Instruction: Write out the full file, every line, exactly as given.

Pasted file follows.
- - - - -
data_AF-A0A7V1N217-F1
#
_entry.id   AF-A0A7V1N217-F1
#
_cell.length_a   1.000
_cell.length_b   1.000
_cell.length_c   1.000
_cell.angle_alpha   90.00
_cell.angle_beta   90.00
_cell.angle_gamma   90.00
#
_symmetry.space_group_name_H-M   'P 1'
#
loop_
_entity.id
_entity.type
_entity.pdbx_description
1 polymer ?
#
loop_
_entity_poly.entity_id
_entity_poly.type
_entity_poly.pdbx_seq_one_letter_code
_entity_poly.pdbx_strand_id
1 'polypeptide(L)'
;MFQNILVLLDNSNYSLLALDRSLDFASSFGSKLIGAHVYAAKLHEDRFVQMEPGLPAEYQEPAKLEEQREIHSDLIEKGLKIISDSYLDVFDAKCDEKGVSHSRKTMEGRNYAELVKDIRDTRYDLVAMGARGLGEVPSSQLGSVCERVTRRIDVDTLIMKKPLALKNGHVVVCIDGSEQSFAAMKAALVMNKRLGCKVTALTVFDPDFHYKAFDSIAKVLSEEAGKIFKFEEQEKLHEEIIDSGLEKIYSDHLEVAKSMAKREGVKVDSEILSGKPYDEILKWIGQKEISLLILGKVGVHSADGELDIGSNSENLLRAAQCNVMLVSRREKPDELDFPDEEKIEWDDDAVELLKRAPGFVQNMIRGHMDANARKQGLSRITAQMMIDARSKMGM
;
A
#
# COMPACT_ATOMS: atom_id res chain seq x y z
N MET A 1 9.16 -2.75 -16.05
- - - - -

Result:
data_AF-A0A7V1N217-F1
#
_entry.id   AF-A0A7V1N217-F1
#
_cell.length_a   1.000
_cell.length_b   1.000
_cell.length_c   1.000
_cell.angle_alpha   90.00
_cell.angle_beta   90.00
_cell.angle_gamma   90.00
#
_symmetry.space_group_name_H-M   'P 1'
#
loop_
_entity.id
_entity.type
_entity.pdbx_description
1 polymer ?
#
loop_
_entity_poly.entity_id
_entity_poly.type
_entity_poly.pdbx_seq_one_letter_code
_entity_poly.pdbx_strand_id
1 'polypeptide(L)'
;MFQNILVLLDNSNYSLLALDRSLDFASSFGSKLIGAHVYAAKLHEDRFVQMEPGLPAEYQEPAKLEEQREIHSDLIEKGLKIISDSYLDVFDAKCDEKGVSHSRKTMEGRNYAELVKDIRDTRYDLVAMGARGLGEVPSSQLGSVCERVTRRIDVDTLIMKKPLALKNGHVVVCIDGSEQSFAAMKAALVMNKRLGCKVTALTVFDPDFHYKAFDSIAKVLSEEAGKIFKFEEQEKLHEEIIDSGLEKIYSDHLEVAKSMAKREGVKVDSEILSGKPYDEILKWIGQKEISLLILGKVGVHSADGELDIGSNSENLLRAAQCNVMLVSRREKPDELDFPDEEKIEWDDDAVELLKRAPGFVQNMIRGHMDANARKQGLSRITAQMMIDARSKMGM
;
A
#
# COMPACT_ATOMS: atom_id res chain seq x y z
N MET A 1 9.16 -2.75 -16.05